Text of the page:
This appears to be just the thing hackers like [vk2zay] could use for inspiration during their sort-of-annual Advent Calendar of Circuits wherein a different circuit is made each day leading up to Christmas.
At this point, you’ve almost certainly heard of OctoPrint. The web-based control interface for 3D printers is especially popular for those who’s primary computers run on an operating system that has a penchant for occasionally imploding. Even if you aren’t laboring under that common software handicap, OctoPrint offers a wide away of compelling features. Perhaps chief among them the ability to monitor your printer over the network, and if you insist, over the Internet. But while OctoPrint provides the server side for getting your printer on the net, you’re on your own for the client.
Rather than using a web browser like some kind of peon, [David Payne] has come up with a very slick desktop OctoPrint monitor using the WeMos D1 Mini ESP8266 board. With an exceptionally low part count and housed in a (what else) 3D printed enclosure, this is a cheap and easy OctoPrint accessory that we suspect will be decorating many a hacker’s desk before too long.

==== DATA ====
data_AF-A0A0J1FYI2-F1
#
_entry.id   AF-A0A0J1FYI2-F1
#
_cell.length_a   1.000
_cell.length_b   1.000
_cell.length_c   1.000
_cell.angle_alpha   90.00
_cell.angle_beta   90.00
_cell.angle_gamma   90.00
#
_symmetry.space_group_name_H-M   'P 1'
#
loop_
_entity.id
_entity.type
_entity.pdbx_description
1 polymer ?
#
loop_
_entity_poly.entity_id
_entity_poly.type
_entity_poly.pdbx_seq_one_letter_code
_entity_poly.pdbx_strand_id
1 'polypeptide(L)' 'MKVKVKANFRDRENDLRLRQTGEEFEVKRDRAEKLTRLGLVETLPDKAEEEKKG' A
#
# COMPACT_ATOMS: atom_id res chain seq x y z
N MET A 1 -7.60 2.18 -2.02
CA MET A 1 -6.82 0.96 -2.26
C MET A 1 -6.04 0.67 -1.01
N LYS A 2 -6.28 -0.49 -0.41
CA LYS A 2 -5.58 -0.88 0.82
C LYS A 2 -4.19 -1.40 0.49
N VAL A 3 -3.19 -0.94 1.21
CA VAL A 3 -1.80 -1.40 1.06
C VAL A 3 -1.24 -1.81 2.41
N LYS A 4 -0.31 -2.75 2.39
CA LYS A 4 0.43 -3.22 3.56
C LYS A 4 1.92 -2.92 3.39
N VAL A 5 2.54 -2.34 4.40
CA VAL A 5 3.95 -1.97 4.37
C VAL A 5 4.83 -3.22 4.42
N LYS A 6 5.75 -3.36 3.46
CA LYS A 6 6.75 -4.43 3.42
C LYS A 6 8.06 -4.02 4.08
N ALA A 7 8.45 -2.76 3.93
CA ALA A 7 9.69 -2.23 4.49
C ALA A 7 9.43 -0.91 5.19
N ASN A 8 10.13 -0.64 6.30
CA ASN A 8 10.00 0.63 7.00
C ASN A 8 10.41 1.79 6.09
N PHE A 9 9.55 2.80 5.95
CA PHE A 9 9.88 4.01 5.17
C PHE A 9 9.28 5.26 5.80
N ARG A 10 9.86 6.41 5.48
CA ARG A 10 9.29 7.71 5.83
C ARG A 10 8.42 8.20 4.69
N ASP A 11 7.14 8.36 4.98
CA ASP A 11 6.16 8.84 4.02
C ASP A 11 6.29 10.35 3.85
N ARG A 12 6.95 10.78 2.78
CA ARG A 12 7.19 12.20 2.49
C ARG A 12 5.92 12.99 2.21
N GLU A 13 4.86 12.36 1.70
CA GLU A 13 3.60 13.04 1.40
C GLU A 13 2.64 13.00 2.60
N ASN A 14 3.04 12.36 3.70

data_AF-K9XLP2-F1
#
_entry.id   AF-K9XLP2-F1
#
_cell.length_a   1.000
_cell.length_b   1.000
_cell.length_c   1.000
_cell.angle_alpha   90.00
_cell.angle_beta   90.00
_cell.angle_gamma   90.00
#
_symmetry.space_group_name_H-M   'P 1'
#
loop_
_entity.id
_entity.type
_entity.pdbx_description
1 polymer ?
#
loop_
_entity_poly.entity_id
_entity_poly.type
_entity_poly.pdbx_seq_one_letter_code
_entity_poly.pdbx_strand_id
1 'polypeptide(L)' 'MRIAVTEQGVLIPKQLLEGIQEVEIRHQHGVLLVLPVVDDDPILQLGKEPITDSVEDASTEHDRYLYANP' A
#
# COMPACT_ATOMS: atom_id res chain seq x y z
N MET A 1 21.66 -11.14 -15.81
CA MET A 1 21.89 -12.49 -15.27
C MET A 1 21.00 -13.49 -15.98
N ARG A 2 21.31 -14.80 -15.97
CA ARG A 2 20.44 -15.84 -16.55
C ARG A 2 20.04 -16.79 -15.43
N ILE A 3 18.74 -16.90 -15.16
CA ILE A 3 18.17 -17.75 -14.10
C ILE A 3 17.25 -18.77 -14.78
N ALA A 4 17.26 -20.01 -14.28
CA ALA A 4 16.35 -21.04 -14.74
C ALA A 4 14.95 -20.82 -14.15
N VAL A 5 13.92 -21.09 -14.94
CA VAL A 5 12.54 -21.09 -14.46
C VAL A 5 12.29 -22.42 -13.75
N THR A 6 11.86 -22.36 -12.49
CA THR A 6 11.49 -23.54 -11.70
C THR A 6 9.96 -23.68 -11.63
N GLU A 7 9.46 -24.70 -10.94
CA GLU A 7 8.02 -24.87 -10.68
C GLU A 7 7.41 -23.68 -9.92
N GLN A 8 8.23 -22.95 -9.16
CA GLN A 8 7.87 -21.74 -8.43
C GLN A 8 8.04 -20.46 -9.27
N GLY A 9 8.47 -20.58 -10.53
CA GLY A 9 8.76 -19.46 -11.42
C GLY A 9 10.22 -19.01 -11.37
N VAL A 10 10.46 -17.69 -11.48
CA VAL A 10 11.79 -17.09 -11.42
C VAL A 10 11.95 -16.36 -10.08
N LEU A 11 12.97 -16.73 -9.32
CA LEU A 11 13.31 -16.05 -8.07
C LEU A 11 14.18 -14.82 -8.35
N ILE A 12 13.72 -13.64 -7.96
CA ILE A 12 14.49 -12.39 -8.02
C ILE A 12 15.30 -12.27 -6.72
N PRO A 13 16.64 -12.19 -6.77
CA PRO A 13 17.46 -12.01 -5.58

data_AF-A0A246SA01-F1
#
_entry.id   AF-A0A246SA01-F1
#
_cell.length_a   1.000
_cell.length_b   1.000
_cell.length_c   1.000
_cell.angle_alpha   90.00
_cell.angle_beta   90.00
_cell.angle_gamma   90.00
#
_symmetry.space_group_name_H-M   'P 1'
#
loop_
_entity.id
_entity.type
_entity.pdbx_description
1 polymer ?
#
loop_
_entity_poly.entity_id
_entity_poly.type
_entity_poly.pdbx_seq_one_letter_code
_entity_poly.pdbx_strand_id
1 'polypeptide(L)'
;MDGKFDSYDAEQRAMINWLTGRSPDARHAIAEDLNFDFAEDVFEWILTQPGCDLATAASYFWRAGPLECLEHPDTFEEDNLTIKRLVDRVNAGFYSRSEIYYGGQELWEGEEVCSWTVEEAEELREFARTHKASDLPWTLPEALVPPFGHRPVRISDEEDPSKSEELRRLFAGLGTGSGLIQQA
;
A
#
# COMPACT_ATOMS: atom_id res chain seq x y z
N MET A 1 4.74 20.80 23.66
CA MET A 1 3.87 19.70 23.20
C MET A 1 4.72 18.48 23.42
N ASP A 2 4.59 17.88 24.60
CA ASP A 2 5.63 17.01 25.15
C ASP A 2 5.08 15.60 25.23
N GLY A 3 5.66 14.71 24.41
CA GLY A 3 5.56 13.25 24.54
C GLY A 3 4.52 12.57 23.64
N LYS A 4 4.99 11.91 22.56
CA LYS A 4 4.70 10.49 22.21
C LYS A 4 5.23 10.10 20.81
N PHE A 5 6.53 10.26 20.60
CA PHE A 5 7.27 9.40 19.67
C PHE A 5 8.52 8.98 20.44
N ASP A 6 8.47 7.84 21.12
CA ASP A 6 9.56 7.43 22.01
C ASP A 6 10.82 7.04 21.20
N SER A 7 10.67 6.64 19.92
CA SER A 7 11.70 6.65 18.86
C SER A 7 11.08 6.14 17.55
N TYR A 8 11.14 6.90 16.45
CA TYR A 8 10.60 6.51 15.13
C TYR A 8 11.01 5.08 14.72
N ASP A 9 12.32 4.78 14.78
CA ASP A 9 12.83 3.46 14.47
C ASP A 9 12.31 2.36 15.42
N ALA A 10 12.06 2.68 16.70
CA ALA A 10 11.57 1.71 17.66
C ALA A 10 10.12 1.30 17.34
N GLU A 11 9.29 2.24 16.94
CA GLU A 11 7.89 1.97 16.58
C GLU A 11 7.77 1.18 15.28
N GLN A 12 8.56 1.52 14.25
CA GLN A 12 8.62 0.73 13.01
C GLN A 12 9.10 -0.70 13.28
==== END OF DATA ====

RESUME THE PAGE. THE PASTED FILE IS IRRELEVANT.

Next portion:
The electronics are simple to the extreme, just hook the 4 wires of an 128×64 OLED I2C display to the appropriate pins of the ESP8266 board, and you’re ready to upload the Arduino code [David] has come up with.
His code is very polished, from using WiFiManager for initial network setup to providing its own web-based configuration menus to get the device linked up to your OctoPrint instance, [David] clearly wanted this to be as smooth an experience as possible for the end user. When the 3D printer isn’t working on a job, the monitor will even switch over to showing you the time and weather. We’ve seen commercial products that weren’t this user-friendly.
We also love the case design on this little gadget. While the aesthetics are perhaps debatable (sort of reminds us of the little fellows from Darwinia), we appreciate any functional print that doesn’t require supports. You’ll need to provide a couple of little screws to keep the back panel on, but other than that everything snaps into place.
Of course, you could always just use your smartphone to keep an eye on OctoPrint, and even if the remote management capabilities don’t grab your interest, there’s plenty of interesting plugins to keep you occupied.
Continue reading “ESP8266 Monitor Keeps an Eye on OctoPrint”
Have you ever had one of those moments, when you’re rummaging through your spare parts heap, and have a rather bizarre project idea that you can’t quite get out of your head? You know, the ones that have no clear use, but simply demand to be born, of glass and steel and silicon?